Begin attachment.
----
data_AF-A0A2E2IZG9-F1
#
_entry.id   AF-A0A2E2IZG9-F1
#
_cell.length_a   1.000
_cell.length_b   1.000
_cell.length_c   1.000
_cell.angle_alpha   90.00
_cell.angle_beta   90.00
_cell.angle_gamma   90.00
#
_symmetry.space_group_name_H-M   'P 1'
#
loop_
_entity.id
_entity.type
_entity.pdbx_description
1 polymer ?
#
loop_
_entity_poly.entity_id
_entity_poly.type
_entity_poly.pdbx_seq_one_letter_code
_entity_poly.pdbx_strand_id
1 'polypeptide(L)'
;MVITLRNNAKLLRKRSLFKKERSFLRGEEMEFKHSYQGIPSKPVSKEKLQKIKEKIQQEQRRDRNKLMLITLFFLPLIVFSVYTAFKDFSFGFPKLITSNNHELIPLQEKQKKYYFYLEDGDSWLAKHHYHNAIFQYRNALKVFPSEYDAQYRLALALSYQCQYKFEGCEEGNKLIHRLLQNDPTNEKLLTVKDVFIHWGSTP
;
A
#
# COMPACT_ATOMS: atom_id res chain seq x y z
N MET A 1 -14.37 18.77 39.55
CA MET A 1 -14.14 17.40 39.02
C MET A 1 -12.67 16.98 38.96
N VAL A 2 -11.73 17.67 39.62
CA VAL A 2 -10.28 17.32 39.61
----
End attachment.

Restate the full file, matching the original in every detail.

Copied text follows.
data_AF-A0A2E2IZG9-F1
#
_entry.id   AF-A0A2E2IZG9-F1
#
_cell.length_a   1.000
_cell.length_b   1.000
_cell.length_c   1.000
_cell.angle_alpha   90.00
_cell.angle_beta   90.00
_cell.angle_gamma   90.00
#
_symmetry.space_group_name_H-M   'P 1'
#
loop_
_entity.id
_entity.type
_entity.pdbx_description
1 polymer ?
#
loop_
_entity_poly.entity_id
_entity_poly.type
_entity_poly.pdbx_seq_one_letter_code
_entity_poly.pdbx_strand_id
1 'polypeptide(L)'
;MVITLRNNAKLLRKRSLFKKERSFLRGEEMEFKHSYQGIPSKPVSKEKLQKIKEKIQQEQRRDRNKLMLITLFFLPLIVFSVYTAFKDFSFGFPKLITSNNHELIPLQEKQKKYYFYLEDGDSWLAKHHYHNAIFQYRNALKVFPSEYDAQYRLALALSYQCQYKFEGCEEGNKLIHRLLQNDPTNEKLLTVKDVFIHWGSTP
;
A
#
# COMPACT_ATOMS: atom_id res chain seq x y z
N MET A 1 -14.37 18.77 39.55
CA MET A 1 -14.14 17.40 39.02
C MET A 1 -12.67 16.98 38.96
N VAL A 2 -11.73 17.67 39.62
CA VAL A 2 -10.28 17.32 39.61